Student Usage of CPS Increases


For Jeffrey Ng, director of CPS, last semester marked the first time he had to deal with a wait list at LC. (ELIZABETH LANDRY /THE OBSERVER)


For the first time in recent memory, Counseling and Psychological Services (CPS) had a wait list for appointments last semester. 

The wait list, although not for those seeking initial psychological evaluations, affected all of the students seeking treatment and therapy sessions following their initial evaluations.

According to data provided by CPS, there has been a 20 percent increase in the utilization of CPS compared to this time last year. This rise keeps with a national trend of more college students seeking counseling and psychological services at their colleges. 

While the waitlist in some cases had students waiting for up to two weeks, it was addressed, and a wait list does not exist for the time being. 

Regarding the wait list happening again, Jeffrey Ng, Director of CPS,  said that it’s hard to predict.

“There’s so many moving parts and variables,” Ng said.  “Part of it is dependent on what our resources are from year to year, which varies based on the number of doctoral trainees we have.  Obviously, it also depends on students’ need and request for services.” 

“That said, based on local and national trends, there probably will be more students seeking counseling services than less, and as a department, we need to continuously figure out effective ways to respond to that,” Ng continued. “With the growing residential population, in all likelihood, there will be commensurate increase in student need for mental health services.”

This increase in the student population also poses a potential problem to both CPS and the health of the student body because unless the services are expanded to accommodate more people, a wait list for treatment and therapy sessions could likely happen again.

For the students on the wait list, Ng said, “I think the more important variable is how long students are waiting, and are they waiting so long that their motivation to seek care diminishes.”

“One of the things we do with students who are on our wait list is check in with them regularly,” Ng said.  “We follow up to see if things have worsened, how they’ve been doing, if they’re still interested in counseling, etc.  When we got to the point last semester where we had a wait list, we also asked students if they were interested and able to take a referral for an off-campus provider, and if so, we’d coordinate and facilitate the referral process for them.”  Ng also highlighted the group counseling services that CPS offers, which do not have a participant cap, as a resource for those on the waitlist.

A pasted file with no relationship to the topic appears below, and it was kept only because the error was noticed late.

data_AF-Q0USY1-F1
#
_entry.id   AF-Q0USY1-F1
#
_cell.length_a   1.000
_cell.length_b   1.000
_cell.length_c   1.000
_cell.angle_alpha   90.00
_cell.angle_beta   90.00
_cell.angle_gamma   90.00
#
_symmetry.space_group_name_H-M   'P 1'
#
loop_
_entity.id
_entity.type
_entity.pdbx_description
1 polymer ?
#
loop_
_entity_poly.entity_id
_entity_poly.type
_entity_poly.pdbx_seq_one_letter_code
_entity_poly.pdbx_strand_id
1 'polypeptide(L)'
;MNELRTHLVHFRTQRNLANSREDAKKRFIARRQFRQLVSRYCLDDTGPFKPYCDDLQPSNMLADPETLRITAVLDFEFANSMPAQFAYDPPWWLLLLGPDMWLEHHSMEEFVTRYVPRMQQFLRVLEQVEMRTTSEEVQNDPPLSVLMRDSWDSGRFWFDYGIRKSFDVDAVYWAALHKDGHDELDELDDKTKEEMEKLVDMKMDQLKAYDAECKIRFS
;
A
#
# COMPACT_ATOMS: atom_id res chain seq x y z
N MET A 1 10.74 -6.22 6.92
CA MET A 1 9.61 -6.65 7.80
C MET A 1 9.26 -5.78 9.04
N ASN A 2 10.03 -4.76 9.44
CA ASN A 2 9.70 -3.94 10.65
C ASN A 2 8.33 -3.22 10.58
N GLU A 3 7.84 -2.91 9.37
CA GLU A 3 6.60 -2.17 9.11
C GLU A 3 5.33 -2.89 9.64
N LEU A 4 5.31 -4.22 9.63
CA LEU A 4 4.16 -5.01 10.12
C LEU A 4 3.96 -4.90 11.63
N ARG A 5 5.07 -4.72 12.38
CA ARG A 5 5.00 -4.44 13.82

While a specific reason for the increase  in CPS utilization is not known, Ng believes it is a result of a larger student population, as aforementioned, as well as shifting attitudes toward mental health on campus.

“I think that one of the reasons is due to the fact that we’ve been doing a lot as an institution to de-stigmatize help seeking. I think there have also been larger cultural and generational shifts in terms of how mental health, seeking help and therapy is perceived,” Ng said. “There’s more students who are willing to seek out treatment.”

Additionally, Ng also commented on the theory that the rise in CPS utilization at Fordham, as well as at several universities, is due to today’s college students having less resilience, or having a harder time handling the demands of college, than the college students of the past.

“There’s certainly a lot of speculation and dialogue in the media about whether or not students might be more vulnerable, are less resilient and have less skills for coping with the stressors and challenges that come with college life,” Ng said.

Ng, however, also stated he’s “not sure if these findings or theories are conclusive or absolute,” and has observed that many students are actually “more resilient.” 

“There certainly are students who, based on what we’ve seen, seem more resilient,” Ng said.  “We’ve worked with many students who are incredibly resilient and can persevere through tremendous adversity.  But I think the media tend to highlight the segment of the population that perhaps are not as resilient or don’t have the skills for coping with some of the demands that come with college life.”

For Dean of Freshmen Joseph Desciak, the rise in CPS utilization  is “good news” for the university, because it means that more students are taking his advice to seek help from CPS if they feel they require their services.

Regarding handling stress and the idea of decreased resiliency among college students, Desciak drew attention to the review system for students at the end of each semester.

“At the end of the semester we [the assistant deans] review cases of students who may not have academically performed as well as we would like, and then we make recommendations to to the dean, Father Grimes, on how we think we should proceed in these cases,” Desciak said. “And I would say at least 50 percent of the time, students that we know of are really suffering from some undue stress.” He explained that this usually means a student having a GPA lower than a 2.0.   

Desciak also noted that there has not been a noticeable increase in the amount of students being reviewed, possibly disproving the alleged decline in student resilience.

For students seeking to utilize CPS, Ng outlined many options, including psychological evaluations accompanied by individual as well as group counseling and therapy.  Additionally, CPS offers crisis walk-ins, as well as consultations for students concerned about fellow students and friends. For situations where CPS believes that a student requires “more intensive or longer term care than we can provide,” CPS can provide customized referrals to providers in the community, according to Ng.